Voice Of The Customer Staffing Levels

How many people does it take to run a voice of the customer (VoC) program? Well, the answer varies widely.

I examined responses from our Q3 2010 survey and found a healthy distribution of staffing levels for VoC programs within large companies. About half of the respondents have 2 or fewer full-time employees assigned to VoC programs while one quarter of respondents have six or more.

My take: Despite the variance in staffing levels, nearly all companies report positive results from their VoC programs. How can this be? Here are some reasons why this is the case:

  • Gaining additional insights about customers provides enormous value for companies; at just about any level of effort
  • Even with a small level of staffing, VoC programs can expose decision makers to unknown or under-appreciated realities about customers
  • With larger staffs, VoC programs can collect feedback across more touchpoints and deliver insights more frequently and more tailored to meet the needs of more people across the company
  • Many companies enroll people from business units to be VoC advocates within their organizations. These are not dedicated, full-time VoC employees, but they can help improve VoC results across the company

The bottom line: VoC programs come in lots of shapes and sizes

Written by 

I am an experience management transformist, helping organizations improve business results by engaging the hearts and minds of their customers, employees, and partners. My "job" is Head of the Qualtrics XM Institute. The Institute is still being established, but our goal is to help organizations around the world thrive by mastering Experience Management (XM). As part of this focus, I examine strategy, culture, interaction design, customer service, branding and leadership practices. And, as many people know, I love to speak about these topics in almost any forum. Prior to joining Qualtrics, I was managing partner of Temkin Group (leading CX research, advisory, and training firm), co-founder and chair of the Customer Experience Professionals Association (CXPA.org), and a VP at Forrester Research. I'm a fanatical student of business, so this blog provides an outlet for sharing insights from my ongoing educational journey. Check out my LinkedIn profile: www.linkedin.com/in/brucetemkin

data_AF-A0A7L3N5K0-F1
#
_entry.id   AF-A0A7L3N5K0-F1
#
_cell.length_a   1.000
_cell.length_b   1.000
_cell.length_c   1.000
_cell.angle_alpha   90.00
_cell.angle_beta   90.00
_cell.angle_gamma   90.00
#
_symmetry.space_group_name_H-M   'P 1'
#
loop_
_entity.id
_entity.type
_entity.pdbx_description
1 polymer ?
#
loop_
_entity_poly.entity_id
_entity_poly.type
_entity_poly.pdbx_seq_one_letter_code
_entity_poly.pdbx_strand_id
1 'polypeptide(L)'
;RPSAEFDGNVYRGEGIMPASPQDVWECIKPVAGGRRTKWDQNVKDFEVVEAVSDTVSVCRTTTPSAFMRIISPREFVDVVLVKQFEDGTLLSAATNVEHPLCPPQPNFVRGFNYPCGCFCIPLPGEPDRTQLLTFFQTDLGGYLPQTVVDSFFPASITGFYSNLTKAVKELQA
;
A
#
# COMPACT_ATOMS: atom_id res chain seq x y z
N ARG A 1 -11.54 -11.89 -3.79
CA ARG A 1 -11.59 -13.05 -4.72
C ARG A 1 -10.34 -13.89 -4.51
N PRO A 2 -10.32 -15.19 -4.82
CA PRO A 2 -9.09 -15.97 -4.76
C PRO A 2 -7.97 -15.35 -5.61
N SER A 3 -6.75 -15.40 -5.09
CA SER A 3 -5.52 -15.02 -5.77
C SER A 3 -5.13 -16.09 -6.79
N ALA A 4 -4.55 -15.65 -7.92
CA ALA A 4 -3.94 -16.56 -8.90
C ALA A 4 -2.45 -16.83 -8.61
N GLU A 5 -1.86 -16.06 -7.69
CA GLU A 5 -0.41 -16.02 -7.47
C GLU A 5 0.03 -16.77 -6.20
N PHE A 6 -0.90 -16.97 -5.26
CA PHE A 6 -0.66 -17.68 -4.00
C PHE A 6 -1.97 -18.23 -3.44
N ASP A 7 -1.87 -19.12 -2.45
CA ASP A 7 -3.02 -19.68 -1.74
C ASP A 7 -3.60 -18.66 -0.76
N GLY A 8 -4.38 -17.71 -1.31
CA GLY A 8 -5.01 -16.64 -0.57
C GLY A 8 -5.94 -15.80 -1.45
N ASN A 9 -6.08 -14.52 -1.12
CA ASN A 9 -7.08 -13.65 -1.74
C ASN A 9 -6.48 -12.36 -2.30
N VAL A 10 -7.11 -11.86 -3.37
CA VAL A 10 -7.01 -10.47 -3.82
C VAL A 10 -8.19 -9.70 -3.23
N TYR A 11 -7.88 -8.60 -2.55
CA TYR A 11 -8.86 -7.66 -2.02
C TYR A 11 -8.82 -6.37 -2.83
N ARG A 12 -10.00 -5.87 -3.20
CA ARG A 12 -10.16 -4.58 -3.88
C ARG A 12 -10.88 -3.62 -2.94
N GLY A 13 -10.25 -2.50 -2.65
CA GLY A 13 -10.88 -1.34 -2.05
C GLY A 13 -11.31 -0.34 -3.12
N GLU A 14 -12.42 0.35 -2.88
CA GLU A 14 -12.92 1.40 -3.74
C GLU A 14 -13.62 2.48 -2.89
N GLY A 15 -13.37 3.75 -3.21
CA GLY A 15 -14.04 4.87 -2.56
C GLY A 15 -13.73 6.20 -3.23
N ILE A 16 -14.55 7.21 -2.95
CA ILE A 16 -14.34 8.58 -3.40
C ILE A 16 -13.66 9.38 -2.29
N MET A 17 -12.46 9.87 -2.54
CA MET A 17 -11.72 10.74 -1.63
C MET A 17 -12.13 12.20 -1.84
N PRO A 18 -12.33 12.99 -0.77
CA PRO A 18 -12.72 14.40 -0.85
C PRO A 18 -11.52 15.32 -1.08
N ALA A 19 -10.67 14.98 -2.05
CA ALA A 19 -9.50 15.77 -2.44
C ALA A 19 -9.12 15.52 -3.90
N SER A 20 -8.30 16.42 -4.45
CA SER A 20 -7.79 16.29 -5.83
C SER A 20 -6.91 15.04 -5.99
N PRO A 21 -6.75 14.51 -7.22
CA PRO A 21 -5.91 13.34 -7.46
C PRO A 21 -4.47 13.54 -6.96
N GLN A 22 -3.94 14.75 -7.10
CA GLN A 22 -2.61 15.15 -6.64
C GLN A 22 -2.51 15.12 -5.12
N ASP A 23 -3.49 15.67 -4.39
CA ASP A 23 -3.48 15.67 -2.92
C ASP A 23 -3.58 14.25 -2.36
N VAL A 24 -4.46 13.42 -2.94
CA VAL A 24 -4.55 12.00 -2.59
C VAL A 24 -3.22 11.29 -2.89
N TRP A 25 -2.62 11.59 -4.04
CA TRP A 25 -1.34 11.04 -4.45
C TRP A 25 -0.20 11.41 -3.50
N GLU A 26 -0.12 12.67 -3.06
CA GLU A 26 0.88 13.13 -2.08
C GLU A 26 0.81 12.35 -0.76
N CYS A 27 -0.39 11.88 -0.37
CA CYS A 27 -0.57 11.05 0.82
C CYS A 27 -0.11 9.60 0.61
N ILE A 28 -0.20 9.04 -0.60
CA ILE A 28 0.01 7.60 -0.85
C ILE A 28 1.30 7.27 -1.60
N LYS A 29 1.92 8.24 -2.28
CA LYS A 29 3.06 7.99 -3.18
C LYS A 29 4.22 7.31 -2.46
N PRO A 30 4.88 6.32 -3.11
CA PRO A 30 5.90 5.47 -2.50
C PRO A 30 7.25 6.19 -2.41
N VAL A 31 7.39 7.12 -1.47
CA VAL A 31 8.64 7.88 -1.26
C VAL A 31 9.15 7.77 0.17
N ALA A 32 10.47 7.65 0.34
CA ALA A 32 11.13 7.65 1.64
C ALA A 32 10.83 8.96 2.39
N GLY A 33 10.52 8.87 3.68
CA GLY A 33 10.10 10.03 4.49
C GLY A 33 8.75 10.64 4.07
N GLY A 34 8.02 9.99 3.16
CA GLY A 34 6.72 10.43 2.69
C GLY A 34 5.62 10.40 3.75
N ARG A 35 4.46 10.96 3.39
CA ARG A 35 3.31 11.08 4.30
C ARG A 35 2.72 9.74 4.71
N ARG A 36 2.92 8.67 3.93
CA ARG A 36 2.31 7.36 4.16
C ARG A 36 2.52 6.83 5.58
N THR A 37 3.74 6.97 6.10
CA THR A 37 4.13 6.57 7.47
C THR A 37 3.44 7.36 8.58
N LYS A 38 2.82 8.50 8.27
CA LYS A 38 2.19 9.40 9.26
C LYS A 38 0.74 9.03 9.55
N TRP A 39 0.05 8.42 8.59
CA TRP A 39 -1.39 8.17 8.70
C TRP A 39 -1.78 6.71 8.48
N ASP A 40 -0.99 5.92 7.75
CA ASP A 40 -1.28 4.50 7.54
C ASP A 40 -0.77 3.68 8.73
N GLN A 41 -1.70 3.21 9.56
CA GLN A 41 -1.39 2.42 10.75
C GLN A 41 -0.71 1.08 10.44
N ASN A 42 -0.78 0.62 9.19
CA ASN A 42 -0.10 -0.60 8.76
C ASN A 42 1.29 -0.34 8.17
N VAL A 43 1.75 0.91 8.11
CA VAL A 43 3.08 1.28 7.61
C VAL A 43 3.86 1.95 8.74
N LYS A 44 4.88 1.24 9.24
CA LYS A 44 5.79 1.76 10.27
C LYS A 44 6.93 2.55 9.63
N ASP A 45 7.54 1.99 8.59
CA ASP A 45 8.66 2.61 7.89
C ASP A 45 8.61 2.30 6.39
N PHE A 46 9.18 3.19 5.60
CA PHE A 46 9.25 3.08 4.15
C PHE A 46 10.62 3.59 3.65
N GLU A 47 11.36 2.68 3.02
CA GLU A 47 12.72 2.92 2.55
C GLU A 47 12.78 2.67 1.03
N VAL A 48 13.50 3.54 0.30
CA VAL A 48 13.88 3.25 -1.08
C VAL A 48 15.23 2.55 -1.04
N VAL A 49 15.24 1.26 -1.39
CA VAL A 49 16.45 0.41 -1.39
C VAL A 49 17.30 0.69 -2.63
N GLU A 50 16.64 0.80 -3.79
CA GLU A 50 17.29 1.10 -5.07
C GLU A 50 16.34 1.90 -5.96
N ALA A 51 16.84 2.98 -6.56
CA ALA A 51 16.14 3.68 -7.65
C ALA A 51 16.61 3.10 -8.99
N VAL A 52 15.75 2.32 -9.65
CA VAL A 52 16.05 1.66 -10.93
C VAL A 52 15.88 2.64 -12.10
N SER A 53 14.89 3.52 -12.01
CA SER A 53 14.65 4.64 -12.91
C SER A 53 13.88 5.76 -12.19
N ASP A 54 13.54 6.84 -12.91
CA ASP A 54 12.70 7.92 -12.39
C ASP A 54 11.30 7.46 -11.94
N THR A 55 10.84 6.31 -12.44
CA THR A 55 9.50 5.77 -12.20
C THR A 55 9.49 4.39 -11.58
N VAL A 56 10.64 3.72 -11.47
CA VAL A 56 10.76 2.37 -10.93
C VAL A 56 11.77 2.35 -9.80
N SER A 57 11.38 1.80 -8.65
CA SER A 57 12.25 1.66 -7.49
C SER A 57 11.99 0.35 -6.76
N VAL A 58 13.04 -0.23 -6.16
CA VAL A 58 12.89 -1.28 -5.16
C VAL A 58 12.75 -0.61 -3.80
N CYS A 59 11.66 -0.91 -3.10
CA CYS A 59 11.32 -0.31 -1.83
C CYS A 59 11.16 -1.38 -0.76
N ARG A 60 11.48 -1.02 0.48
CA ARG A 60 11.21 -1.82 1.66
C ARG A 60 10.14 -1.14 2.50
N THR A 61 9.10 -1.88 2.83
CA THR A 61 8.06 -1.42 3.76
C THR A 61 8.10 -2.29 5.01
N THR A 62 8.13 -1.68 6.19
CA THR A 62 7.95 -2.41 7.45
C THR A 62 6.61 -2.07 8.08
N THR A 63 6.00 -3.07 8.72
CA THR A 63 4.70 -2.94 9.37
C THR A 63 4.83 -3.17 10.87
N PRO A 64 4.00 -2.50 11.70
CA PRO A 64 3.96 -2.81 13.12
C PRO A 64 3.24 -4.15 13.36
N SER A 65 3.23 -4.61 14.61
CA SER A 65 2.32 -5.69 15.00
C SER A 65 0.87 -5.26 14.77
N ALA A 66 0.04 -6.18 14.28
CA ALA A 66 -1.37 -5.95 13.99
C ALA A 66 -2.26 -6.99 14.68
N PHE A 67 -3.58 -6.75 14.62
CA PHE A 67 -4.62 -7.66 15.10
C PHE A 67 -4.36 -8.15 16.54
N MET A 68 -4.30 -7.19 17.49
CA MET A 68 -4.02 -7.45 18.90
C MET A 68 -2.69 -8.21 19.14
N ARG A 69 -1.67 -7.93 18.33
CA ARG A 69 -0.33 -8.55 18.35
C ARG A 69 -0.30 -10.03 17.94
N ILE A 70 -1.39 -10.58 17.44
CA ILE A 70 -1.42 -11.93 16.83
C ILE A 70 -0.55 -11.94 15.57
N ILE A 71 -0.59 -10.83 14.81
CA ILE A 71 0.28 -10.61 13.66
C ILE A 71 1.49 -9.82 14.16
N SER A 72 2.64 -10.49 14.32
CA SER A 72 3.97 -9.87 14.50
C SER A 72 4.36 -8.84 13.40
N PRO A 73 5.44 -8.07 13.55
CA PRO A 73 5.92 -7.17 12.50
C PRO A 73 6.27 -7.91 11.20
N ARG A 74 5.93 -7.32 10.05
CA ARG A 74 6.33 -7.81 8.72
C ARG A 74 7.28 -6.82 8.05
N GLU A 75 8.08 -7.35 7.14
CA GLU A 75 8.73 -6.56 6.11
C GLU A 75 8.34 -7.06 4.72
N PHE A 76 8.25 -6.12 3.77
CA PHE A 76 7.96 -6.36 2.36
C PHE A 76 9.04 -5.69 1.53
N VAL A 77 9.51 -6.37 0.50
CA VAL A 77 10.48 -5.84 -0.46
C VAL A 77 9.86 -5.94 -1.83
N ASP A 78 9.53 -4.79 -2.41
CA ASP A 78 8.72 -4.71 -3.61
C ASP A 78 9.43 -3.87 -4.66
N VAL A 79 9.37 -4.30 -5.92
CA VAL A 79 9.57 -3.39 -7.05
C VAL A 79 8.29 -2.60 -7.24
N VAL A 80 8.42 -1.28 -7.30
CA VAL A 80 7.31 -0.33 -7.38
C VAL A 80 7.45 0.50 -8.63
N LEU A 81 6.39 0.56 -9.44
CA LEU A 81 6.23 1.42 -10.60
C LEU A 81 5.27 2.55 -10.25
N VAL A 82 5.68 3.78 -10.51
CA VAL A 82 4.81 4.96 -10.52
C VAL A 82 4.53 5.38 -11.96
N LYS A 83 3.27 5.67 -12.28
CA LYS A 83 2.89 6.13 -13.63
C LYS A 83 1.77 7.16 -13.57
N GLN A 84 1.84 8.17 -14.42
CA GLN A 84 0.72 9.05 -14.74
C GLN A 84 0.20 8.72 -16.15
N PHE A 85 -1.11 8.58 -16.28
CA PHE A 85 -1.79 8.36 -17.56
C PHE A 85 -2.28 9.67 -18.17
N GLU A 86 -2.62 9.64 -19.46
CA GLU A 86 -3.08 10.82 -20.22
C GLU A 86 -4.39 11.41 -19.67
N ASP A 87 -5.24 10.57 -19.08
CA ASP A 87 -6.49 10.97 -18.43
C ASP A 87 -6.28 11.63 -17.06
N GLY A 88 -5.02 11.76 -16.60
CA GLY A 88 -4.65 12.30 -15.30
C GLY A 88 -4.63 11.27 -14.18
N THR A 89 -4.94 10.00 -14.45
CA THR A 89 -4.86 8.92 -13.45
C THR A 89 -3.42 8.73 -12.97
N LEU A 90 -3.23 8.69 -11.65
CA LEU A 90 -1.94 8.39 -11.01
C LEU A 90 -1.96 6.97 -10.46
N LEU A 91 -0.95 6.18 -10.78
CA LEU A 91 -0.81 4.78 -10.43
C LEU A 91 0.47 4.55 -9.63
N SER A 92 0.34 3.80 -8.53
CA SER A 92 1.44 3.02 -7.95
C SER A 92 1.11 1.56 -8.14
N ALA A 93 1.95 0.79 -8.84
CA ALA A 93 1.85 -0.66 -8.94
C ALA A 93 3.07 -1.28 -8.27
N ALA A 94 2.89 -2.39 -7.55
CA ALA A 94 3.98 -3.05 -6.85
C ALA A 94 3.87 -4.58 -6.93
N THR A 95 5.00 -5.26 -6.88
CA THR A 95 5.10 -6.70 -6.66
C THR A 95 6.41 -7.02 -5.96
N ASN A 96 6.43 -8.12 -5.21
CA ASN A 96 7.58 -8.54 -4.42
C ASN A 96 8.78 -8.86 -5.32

9 thoughts on “Voice Of The Customer Staffing Levels”

  1. Bruce-
    Thanks so much for the data and the post! I find it fascinating to see how spread out the distribution is between large and small staffing models. I’ve found in my experience that having a tight direct-report group, dedicated to the constituent voices, then a matrixed group distributed throughout the organization garners the best results. That way, you have a centralized area to analyze all of the data, but you have the feedback mechanisms and people to actually impact process embedded in their respective organizations! Great to see all the different models that are out there!

  2. Bruce,

    Great post.. Just wondering, did your survey capture budget levels for each grouping? I’m wondering what kinds of budgets are being allocated for VOC programs at different staffing levels and organization structures.